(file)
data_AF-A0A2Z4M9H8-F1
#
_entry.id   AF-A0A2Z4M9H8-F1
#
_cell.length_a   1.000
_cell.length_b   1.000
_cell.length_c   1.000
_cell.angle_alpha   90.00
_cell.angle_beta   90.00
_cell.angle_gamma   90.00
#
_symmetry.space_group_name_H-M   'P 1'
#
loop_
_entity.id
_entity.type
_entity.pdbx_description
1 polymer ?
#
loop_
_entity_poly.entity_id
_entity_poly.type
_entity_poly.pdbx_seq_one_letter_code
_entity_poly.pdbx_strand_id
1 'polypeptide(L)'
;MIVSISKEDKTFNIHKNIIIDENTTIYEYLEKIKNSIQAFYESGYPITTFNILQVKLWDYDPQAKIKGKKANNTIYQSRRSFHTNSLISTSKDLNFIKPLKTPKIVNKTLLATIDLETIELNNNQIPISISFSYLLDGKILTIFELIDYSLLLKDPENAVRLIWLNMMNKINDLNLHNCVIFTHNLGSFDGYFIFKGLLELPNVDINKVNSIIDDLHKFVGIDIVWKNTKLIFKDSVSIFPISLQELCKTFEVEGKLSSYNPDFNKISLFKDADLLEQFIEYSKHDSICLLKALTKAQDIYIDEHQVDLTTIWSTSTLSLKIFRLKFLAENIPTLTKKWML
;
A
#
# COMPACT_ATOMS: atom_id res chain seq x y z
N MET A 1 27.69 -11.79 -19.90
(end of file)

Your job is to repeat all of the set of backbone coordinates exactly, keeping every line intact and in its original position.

data_AF-A0A2Z4M9H8-F1
#
_entry.id   AF-A0A2Z4M9H8-F1
#
_cell.length_a   1.000
_cell.length_b   1.000
_cell.length_c   1.000
_cell.angle_alpha   90.00
_cell.angle_beta   90.00
_cell.angle_gamma   90.00
#
_symmetry.space_group_name_H-M   'P 1'
#
loop_
_entity.id
_entity.type
_entity.pdbx_description
1 polymer ?
#
loop_
_entity_poly.entity_id
_entity_poly.type
_entity_poly.pdbx_seq_one_letter_code
_entity_poly.pdbx_strand_id
1 'polypeptide(L)'
;MIVSISKEDKTFNIHKNIIIDENTTIYEYLEKIKNSIQAFYESGYPITTFNILQVKLWDYDPQAKIKGKKANNTIYQSRRSFHTNSLISTSKDLNFIKPLKTPKIVNKTLLATIDLETIELNNNQIPISISFSYLLDGKILTIFELIDYSLLLKDPENAVRLIWLNMMNKINDLNLHNCVIFTHNLGSFDGYFIFKGLLELPNVDINKVNSIIDDLHKFVGIDIVWKNTKLIFKDSVSIFPISLQELCKTFEVEGKLSSYNPDFNKISLFKDADLLEQFIEYSKHDSICLLKALTKAQDIYIDEHQVDLTTIWSTSTLSLKIFRLKFLAENIPTLTKKWML
;
A
#
# COMPACT_ATOMS: atom_id res chain seq x y z
N MET A 1 27.69 -11.79 -19.90